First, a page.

Not available in 2013/14
AN250 Half Unit
The Anthropology of South Asia
This information is for the 2013/14 session.
Dr Mukulika Banerjee OLD5.09
This course is available on the BA in Anthropology and Law, BA in Social Anthropology and BSc in Social Anthropology. This course is available as an outside option to students on other programmes where regulations permit and to General Course students.
Students taking this course should have completed an introductory course in social anthropology unless granted exemption by the teachers.
This course will aim to address issues of citizenship, inequality, political participation and democratic governance in rural and urban India. The course will cover both classic and current literature and weekly sessions will be organised thematically. We will start by looking at Indias place in the world as a democracy and emerging economy and the many paradoxes that the country throws up - alongside some of the highest rates of economic growth, India also has one of the lowest performances on development indicators; despite 40% adult illiteracy, India has among the highest voter turnout rates in the world; despite local institutions having the least power compared to state level or the central government, ordinary people feel most invested in local elections; India remains largely rural yet India will hold the largest urban population in the world in less than ten years and so on. In order to understand these paradoxes, it is essential that issues of caste and class be examined in some detail, through the anthropological literature produced on these topics over the past 60 years or so. The changing caste dynamics will be examined through everyday practices of discrimination, violence and endogamy as well as institutional innovations of affirmative action for jobs and education. Class relations have also dramatically changed with land reforms in rural India as well as a substantial middle class has emerged in urban India. Economic reforms introduced since the 1990s have altered modes of retail and consumption in both urban and rural India creating new inequalities and entrenching old ones. In the political arena, these changing practices and dynamics have led to a democratic upsurge from below, leading to a greater participation in the electoral process by members of the lower castes and classes of India. All these issues and more will be addressed in this course through the rich corpus of anthropological literature on the subject alongside examples from Indias vibrant media and popular culture.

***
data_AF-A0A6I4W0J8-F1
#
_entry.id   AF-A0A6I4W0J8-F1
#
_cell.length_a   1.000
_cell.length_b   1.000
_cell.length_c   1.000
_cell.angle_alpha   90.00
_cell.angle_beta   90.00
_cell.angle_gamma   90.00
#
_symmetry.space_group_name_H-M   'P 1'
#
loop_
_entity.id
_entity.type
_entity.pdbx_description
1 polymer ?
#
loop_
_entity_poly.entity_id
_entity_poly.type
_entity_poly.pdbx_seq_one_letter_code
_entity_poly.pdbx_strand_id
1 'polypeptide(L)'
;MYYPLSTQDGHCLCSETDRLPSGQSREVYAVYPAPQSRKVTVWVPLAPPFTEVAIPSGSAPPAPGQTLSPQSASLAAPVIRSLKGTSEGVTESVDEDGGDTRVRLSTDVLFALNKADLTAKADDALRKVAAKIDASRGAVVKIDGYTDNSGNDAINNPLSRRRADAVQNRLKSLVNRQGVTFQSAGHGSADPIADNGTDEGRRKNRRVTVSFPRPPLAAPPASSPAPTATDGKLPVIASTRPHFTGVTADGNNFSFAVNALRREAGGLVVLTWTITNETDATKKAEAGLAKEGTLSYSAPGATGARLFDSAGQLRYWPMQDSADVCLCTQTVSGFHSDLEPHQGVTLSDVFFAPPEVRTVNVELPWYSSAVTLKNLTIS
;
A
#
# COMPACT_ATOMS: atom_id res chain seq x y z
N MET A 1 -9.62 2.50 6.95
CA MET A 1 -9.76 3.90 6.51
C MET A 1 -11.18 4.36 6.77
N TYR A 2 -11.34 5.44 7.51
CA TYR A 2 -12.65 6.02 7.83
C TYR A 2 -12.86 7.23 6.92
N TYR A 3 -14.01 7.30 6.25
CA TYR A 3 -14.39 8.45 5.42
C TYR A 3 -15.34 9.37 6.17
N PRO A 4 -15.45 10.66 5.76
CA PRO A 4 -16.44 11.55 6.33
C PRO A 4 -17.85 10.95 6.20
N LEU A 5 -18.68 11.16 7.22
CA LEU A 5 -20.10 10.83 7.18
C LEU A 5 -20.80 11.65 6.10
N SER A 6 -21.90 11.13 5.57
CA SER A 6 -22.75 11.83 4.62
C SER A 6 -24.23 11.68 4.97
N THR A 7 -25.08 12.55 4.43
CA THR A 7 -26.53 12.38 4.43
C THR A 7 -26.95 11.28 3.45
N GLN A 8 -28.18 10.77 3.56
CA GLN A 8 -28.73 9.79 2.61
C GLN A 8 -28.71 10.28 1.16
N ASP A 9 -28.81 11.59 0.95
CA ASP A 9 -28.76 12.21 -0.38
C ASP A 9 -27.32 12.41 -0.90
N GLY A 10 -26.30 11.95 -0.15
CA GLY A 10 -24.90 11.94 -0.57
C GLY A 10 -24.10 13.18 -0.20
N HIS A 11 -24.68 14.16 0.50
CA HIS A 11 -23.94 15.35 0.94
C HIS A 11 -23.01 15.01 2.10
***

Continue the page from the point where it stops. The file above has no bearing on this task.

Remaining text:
10 hours of lectures and 10 hours of classes in the MT. 1 hour of lectures in the ST.
Film screenings will be scheduled at the start of term. One revision session in ST.
Anthropology students taking this course will have an opportunity to submit a tutorial essay for this course to their academic advisers. For non-Anthropology students taking this course, a formative essay may be submitted to the course teacher.
Please read at least TWO of the following background readings before the start of the course and certainly by the end of the second week of the course: Sunil Khilnani, The Idea of India; Ramachandra Guha, India After Gandhi; Katherine Boo, Behind The Beautiful Forevers; Amartya Sen, The Argumentative Indian; Corbridge, S. and Harris, J. 2000, Reinventing India: Liberalization, Hindu Politics and Popular Democracy. London: Polity Press.
Fiction: Vikram Seth, A Suitable Boy; Rohington Mistry, A Fine Balance.
Exam (70%, duration: 2 hours) in the main exam period.
Essay (30%, 2500 words) in the MT.
Total students 2012/13: 8
Average class size 2012/13: 10
Value: Half Unit